I never met Joe Dressner, but I knew a lot of the wines that he imported into the U.S. They were fresh, different, sometimes quirky, but always engaging. These are wines that demand your attention.
A year ago this week, I was in the Loire Valley visiting producers as harvest was in full swing. On the morning of September 17, 2011, I was on my way to meet with one of Dressner’s producers, François Cazin in Cour-Cheverny, but decided to take a detour to stop by Jean-Marie and Thierry Puzelat’s Clos de Tue Boef (another member of the Dressner portfolio). In front of the small, unadorned winery, there was an old 1950s/60s blue Ford Tractor with one of its headlights dangling from the socket. I whipped out my camera to take a few pictures. Out walked Jean-Marie Puzelat – a round, jolly man wearing overalls. He was laughing, amused that I wanted to take pictures of his “crappy tractor” (cleanest translation I could muster for what he actually said). We chatted, and he apologized for not being able to do a formal tasting, but asked if I wanted to taste through a few wines in tank. I happily accepted the invitation.
We talked a bit about the U.S. market, and when I mentioned that I was a fan of the Dressner book, he lit up. He explained how much he owed Joe for bringing his wines into the U.S., and as he talked about Joe, his voice changed. It was a mix of admiration and reverence, and he sported a wry, knowing smile as he spoke. I got the impression that he and Joe had shared some memorable (and probably late) nights together.
After my winery visits that day, I went back to the little gite I was staying in above L’Herbe Rouge to rest up for Le Bal de Vendengeurs — a harvest party hosted by a group of winemakers called “Les Vins du Coin,” which included Clos du Tue-Boef and Olivier Lemasson’s Les Vins Conté, yet another Loire producer represented by Dressner. (Many thanks to Etheliya Hananova for the invite!).
I checked my Facebook and Twitter account. That’s how I learned that Joe had passed away. Post after post from U.S.-based sommeliers, retail buyers, and consumers flooded my social media universe.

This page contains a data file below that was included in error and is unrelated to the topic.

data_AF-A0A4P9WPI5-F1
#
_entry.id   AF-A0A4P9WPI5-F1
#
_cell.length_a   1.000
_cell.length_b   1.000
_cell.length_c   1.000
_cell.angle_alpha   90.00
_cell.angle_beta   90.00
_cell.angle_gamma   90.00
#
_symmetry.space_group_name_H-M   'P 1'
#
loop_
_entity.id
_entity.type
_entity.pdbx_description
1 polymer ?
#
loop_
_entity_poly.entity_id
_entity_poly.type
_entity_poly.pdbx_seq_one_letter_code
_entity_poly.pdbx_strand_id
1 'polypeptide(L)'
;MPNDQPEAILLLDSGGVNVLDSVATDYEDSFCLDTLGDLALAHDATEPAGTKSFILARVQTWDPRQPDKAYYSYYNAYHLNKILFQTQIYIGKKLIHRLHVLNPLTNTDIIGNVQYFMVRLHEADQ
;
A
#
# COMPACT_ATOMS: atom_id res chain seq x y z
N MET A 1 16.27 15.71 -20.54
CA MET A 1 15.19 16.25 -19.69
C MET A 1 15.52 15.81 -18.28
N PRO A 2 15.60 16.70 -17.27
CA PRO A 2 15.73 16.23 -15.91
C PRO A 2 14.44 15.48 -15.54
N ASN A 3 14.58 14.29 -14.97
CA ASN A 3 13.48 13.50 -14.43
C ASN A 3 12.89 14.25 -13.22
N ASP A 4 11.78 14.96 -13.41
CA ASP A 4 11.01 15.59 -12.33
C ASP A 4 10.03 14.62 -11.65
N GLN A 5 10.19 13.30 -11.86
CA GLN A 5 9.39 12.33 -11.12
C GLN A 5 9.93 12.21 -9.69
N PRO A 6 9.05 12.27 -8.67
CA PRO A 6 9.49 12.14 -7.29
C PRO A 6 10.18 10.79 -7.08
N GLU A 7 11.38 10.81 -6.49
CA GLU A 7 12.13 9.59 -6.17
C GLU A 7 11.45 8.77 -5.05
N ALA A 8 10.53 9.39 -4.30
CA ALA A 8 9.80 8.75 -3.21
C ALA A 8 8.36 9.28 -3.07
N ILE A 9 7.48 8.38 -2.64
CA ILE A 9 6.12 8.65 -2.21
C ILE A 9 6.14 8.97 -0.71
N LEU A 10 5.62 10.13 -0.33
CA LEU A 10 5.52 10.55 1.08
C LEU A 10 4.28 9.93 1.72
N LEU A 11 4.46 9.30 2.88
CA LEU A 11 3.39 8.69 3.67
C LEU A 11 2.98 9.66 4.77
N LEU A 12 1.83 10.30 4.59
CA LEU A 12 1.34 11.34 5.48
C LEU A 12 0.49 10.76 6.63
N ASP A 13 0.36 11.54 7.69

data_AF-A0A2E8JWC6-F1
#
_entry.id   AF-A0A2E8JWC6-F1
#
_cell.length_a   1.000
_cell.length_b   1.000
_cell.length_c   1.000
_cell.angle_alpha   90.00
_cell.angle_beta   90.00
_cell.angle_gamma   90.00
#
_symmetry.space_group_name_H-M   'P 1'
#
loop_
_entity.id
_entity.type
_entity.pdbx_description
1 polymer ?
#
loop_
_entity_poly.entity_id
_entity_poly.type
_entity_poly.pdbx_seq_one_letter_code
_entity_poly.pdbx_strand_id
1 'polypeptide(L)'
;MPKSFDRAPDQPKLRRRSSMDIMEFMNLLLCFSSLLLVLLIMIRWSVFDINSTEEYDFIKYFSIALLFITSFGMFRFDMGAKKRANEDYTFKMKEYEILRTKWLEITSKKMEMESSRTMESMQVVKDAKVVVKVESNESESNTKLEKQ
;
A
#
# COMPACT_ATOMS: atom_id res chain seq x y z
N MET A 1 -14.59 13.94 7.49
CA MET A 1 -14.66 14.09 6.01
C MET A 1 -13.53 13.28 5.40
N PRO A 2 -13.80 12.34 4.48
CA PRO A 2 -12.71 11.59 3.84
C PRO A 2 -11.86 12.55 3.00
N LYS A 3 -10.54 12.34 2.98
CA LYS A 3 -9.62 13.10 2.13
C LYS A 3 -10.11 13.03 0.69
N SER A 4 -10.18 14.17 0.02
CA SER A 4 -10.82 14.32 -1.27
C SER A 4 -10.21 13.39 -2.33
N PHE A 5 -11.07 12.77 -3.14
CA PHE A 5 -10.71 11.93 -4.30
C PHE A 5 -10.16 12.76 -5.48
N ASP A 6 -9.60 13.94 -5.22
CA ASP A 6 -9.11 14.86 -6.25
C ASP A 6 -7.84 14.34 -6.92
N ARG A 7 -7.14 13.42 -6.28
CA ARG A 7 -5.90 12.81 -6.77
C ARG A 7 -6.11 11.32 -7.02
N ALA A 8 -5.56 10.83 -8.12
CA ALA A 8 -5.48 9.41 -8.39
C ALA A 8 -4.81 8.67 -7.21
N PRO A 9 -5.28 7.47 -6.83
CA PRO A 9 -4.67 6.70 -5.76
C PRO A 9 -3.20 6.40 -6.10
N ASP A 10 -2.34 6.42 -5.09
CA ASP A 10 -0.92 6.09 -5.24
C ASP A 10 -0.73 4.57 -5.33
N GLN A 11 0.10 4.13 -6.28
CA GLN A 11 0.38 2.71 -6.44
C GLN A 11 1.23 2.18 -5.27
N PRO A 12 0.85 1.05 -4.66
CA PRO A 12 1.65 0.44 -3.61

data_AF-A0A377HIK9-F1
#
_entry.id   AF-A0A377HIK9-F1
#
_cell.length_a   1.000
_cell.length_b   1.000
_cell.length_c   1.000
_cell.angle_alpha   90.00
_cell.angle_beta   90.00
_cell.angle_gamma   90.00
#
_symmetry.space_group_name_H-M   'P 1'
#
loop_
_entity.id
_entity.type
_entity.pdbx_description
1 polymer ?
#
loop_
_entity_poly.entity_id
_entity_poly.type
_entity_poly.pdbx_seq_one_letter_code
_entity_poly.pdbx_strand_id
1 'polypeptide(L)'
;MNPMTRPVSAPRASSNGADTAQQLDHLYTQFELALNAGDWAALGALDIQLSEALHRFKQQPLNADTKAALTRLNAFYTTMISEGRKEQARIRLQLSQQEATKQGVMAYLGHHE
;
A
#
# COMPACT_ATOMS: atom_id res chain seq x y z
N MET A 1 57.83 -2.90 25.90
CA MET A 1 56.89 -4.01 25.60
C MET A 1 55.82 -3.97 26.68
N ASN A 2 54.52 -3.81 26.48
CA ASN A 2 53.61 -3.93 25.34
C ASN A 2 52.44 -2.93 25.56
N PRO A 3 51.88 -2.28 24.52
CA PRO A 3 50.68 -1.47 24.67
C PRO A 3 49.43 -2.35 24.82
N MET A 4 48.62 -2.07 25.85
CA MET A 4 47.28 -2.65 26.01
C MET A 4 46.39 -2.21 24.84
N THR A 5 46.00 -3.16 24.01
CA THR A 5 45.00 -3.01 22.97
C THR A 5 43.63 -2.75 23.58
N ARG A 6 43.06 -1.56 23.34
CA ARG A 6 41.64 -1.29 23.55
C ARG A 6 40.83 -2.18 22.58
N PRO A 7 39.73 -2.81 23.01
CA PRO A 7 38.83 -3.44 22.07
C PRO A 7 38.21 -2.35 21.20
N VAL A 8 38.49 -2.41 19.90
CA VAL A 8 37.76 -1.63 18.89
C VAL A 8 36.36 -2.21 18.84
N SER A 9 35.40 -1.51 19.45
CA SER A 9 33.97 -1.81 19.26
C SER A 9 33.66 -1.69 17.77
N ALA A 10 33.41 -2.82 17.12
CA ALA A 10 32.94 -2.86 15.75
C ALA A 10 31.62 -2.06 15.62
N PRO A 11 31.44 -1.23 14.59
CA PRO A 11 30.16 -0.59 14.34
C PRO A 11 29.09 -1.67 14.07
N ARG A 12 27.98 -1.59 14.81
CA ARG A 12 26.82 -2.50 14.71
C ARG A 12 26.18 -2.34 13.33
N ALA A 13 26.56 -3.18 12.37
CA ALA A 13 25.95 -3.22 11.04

I went to the party with a bit of a heavy heart, knowing that Joe had really been a champion for some of my favorite producers in the region. The party was in a big outdoor area or “camping” about 10 minutes from where I was staying. I was waiting in line for a sausage and a glass of wine when I felt a tap on my shoulder. It was Jean Marie. He smiled and asked me how the rest of my day went. We chatted for about 5-10 minutes, but I don’t remember much of what was said. All I could think about was if he had heard about Joe. I thought for a brief second that I should tell him, that he would want to know that someone who meant so much to him had passed. But I couldn’t bring myself to do it.
Winemakers, harvest workers, young and old mingled and danced on a brisk September night. Torches made out of trumpets and trombones warded off the darkness. A band, L’atelier de la casserole, played everything from jazz to Balkan street music, and drew nearly every out to the dance floor. There was this one chubby kid, probably no older than 8 years old, tearing it up while sporting an untucked button down shirt and red-plaid fedora. He looked happy.
I don’t know why, but it occurred to me that this is something Joe would have appreciated: a community of winemakers coming together to celebrate harvest and embrace the simple pleasures of life — food, drink, family, friends. And I also thought that this was something that, in no small way, Joe had made possible.
Joe Dressner passed away on 9/17/2011. More fitting and eloquent tributes from those who actually knew him can be found on the Louis / Dressner website.